‘[...]Social innovation can be defined as new responses to pressing social demands, which affect the process of social interactions: It is aimed at improving human well-being. Among other recent definition, the suggestion made in the study comissioned for this report is short and universal: Social innovations are innovations that are social in both their ends and their means. It is complemented by the following: Specifically, we define social innovations as new ideas (products, services and models) that simultaneously meet social needs (more effectively than alternatives) and create new social relationships or collaborations. In other words they are innovations that are not only good for society but also enhance society’s capacity to act[...].”
For more information on Social Innovation see the BEPA report: http://ec.europa.eu/bepa/pdf/publications_pdf/social_innovation.pdf
Innovating innovation by research — 100 years after Schumpeter
100 years after Schumpeter’s seminal publication “Theory of Economic Development” the basics of his analysis of entrepreneurial innovation are still valid and embodied in the methodology of the so-called “Oslo Manual” (OECD/Eurostat 2005, p. 29). However, these definitions and respective indicators are neither applied to sectors like civil society organisations, administrative units of states or regional authorities, nor do they include specific notions of particular social innovations.
It is a very recent phenomenon that social aspects of technology based business innovations, and the relevance of social innovations as such receive a sharp increase of attention in politics, science, and enterprises as well.
The current debate on social innovation necessitates a broader generic concept of innovation, in order to render possible the identification of similarities and differences between the existing and shifting variety of innovations taking place throughout society. E.g. social innovations are distinct from technological innovations inasmuch intended purpose and objectives differ, notwithstanding outcomes (e.g. improving economic performance) may overlap.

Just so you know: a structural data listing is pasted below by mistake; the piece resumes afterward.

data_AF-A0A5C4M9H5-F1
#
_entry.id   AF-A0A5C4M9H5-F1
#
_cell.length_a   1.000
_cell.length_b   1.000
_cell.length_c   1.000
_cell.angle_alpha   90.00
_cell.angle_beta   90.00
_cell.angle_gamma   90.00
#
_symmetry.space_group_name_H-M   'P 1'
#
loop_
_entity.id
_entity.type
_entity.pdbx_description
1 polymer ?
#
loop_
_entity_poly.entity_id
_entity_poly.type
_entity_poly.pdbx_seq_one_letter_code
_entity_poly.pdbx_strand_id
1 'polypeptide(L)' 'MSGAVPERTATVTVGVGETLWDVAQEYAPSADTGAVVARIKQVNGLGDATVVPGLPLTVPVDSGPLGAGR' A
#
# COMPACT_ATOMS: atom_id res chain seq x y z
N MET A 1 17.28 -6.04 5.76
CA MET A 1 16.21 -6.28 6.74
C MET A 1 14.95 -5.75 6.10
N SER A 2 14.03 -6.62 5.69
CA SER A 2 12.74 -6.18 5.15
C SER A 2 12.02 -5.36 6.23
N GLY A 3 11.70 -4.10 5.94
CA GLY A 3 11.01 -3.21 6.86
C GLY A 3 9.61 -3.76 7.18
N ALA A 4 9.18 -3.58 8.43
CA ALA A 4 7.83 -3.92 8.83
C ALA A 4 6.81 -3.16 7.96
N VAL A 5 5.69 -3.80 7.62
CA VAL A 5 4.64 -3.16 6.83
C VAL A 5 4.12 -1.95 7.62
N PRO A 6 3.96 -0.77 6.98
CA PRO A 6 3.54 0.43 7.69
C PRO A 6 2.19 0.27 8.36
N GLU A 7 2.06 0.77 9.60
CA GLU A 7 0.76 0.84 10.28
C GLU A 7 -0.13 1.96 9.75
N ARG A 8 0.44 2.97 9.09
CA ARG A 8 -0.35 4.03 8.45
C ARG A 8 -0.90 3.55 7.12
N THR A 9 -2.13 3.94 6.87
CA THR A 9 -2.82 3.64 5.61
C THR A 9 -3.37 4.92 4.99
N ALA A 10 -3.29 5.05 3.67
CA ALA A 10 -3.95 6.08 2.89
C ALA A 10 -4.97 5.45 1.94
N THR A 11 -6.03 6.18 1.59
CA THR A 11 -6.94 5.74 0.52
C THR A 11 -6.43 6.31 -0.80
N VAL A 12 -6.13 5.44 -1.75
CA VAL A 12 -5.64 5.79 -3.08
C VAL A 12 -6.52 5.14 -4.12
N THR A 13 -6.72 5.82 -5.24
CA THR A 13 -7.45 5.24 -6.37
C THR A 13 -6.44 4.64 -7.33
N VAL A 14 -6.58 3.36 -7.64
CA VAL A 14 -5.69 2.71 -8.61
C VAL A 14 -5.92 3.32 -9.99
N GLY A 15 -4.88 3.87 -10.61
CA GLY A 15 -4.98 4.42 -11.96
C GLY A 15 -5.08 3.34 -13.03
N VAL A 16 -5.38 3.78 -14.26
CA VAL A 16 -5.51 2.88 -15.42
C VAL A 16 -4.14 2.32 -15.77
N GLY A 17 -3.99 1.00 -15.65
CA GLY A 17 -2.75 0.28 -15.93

Every innovation has an “expiry date”, which appears to be a notable affinity between technological and social innovations. As soon as a new technology or effective social practice becomes integrated in everyday life of the majority of people, groupings or institutions concerned, its specific character of novelty and innovativeness ceases: It has got its market share – in case of an entrepreneurial innovation as identified by Schumpeter in the early years of the 20th century. Or, in case of social innovation, it has been implemented to meet a social challenge and gained recognition in society, resulting in more or less impact. Yet constantly new demands and challenges appear, calling for further efforts to create innovations and, as one of the rising future research topics in social sciences: Life cycle analysis of innovations ranging from new technologies, marketing and organisational innovation in business, on to social innovations in private, public and civil society sectors.
Theoretical considerations, practical experience and empirical case studies pertaining to such research issues will be presented and discussed among scientific experts, stakeholders from practice aiming at the generation and dissemination of knowledge on social innovation and its role in a new, more holistic comprehension of innovation.
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